Proposal for a Standard Representation of the Results of GC-MS Analysis: A Module for ArMet
- Helen Fuell1, Manfred Beckmann2, John Draper2, Oliver Fiehn3, Nigel Hardy1 and Birgit Linkohr3
- Department of Computer Science, University of Wales, Penglais, Aberystwyth, SY23 3DB
- Institute of Biological Sciences, University of Wales, Penglais, Aberystwyth, SY23 3DB
- Max Planck Institute of Molecular Plant Physiology, 14424 Potsdam, Germany
ArMet (Architecture for Metabolomics) aims to provide a standard representation of the data associated with metabolomics research. It is designed to encompass the entire timeline of metabolomics experiments from descriptions of the biological source material and the experiments themselves through, sample growth, collection and preparation for analysis by technologies such as GC-MS, NMR, FTIR, to the results of those analyses. It does this by way of nine packages that define core data applicable to a wide range of experiments. Extensive requirements analysis has resulted in sub-packages for ArMet which describe sample growth, collection and preparation for GC-MS analyses for plant metabolomics experiments. The aim of these sub-packages is to provide sufficient data on each experiment to enable meaningful comparison of samples analysed in different laboratories on different GC-MS platforms using statistical and data mining techniques. They, therefore, maintain data on as many of the sources of variability evident in the experimental process as possible.
This poster describes work carried out to develop a sub-package for ArMet that describes the results of GC-MS analysis carried out upon the samples produced during a plant metabolomics experiment.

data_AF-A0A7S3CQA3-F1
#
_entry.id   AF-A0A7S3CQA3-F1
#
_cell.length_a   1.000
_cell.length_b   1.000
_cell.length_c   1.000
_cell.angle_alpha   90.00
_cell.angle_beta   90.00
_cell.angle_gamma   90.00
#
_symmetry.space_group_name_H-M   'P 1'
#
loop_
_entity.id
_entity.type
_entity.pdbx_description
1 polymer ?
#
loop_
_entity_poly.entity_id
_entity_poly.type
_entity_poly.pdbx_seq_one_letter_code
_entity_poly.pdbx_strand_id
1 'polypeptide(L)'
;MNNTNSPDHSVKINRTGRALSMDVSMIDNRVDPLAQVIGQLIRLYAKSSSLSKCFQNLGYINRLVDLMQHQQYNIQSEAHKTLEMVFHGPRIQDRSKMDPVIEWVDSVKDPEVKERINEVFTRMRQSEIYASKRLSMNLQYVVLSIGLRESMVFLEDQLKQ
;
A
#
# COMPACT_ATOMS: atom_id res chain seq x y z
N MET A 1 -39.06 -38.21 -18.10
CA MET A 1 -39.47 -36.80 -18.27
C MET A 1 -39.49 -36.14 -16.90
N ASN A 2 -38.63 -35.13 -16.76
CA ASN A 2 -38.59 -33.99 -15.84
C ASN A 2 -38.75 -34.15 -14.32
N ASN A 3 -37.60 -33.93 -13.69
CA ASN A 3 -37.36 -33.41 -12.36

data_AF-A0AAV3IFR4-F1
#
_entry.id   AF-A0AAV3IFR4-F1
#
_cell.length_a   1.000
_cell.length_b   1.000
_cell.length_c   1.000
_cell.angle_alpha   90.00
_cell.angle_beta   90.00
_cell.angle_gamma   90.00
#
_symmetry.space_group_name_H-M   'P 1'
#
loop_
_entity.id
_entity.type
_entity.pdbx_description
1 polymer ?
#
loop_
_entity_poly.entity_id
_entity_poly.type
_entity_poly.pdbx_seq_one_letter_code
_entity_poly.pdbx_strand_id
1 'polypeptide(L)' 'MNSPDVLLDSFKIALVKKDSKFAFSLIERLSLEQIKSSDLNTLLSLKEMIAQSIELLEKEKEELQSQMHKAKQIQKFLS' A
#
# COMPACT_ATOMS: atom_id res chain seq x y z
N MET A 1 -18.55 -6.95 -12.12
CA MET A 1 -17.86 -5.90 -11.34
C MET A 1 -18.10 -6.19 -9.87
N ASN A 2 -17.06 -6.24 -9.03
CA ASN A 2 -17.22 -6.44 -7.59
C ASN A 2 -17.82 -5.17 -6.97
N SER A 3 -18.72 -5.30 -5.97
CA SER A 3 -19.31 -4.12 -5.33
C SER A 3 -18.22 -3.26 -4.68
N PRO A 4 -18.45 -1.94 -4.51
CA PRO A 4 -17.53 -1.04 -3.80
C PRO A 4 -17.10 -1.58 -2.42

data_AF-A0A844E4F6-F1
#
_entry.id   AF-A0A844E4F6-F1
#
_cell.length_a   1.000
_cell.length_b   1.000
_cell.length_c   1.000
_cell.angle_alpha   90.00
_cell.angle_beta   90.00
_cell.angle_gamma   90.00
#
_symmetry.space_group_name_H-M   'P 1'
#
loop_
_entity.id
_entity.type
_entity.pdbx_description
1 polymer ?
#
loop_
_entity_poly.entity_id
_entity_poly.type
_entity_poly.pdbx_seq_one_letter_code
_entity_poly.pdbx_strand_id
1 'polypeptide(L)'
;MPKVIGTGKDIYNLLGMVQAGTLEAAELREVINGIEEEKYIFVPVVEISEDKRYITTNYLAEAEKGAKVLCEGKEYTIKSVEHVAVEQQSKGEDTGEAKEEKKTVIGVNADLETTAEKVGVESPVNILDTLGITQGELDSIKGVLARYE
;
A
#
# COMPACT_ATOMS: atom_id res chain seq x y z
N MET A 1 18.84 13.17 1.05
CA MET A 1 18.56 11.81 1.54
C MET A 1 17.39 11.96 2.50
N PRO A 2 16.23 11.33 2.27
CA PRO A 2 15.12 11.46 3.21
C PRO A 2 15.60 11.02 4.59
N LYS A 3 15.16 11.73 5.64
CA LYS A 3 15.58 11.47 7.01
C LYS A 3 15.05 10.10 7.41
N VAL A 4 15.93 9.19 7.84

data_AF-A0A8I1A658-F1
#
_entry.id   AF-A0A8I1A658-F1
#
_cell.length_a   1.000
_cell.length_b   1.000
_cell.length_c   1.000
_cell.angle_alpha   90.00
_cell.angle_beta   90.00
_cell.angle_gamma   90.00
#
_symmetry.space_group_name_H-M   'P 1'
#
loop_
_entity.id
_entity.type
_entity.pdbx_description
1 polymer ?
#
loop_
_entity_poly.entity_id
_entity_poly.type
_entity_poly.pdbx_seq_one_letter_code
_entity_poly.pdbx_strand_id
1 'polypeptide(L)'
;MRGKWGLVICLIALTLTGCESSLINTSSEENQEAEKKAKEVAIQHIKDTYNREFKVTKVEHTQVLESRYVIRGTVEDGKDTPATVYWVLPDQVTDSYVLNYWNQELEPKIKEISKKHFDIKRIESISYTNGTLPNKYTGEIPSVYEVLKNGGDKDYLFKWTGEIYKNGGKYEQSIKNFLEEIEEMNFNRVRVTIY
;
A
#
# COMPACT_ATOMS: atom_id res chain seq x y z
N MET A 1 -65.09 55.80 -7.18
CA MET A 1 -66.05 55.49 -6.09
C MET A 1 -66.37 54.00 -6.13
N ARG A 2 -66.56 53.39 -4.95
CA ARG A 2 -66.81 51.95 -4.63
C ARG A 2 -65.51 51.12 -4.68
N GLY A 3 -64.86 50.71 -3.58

- 2. GC-MS Data
- There are a variety of types of metabolomics analysis:
- Fingerprinting: Fingerprint analysis involves the development of complete metabolome descriptions for samples without knowledge of the chemical identities of the compounds that the samples contain. TIC (Total Ion Current) chromatograms are examples of such descriptions which may be used to globally compare the metabolomes of samples.
- Targeted analysis: Targeted analysis involves detection and precise quantification of a single or small set of target compounds within the metabolome of a sample.
- Metabolite Profiling: Profiling involves the detection, identification and approximate quantification of a large set of target compounds within the metabolome of a sample.
- Metabolomics: Metabolomics involves the detection, tentative identification and approximate quantification of as many of the compounds within the metabolome of a sample as possible.
The ArMet GC-MS sub-package supports all four of these types of analysis. Fingerprinting datasets have a simple structure which represents the raw data from instrumental analysis, i.e. values from a TIC chromatogram and its associated mass spectra or a summed mass spectrum. However, the output from instrumental analysis must be processed to produce the quantified list of metabolites that comprise targeted analysis, metabolite profiling or metabolomics metabolome descriptions.
- 3. Data Pre-Processing
- We identified the stages of pre-processing as follows:
- Noise removal: Thresholding mass intensities and reconstructing the chromatogram accordingly.
- Peak detection: Analysis to decided the start and end of peaks in the TIC chromatogram.
- Peak deconvolution: Analysis of mass spectra to identify separate and co-eluting compounds.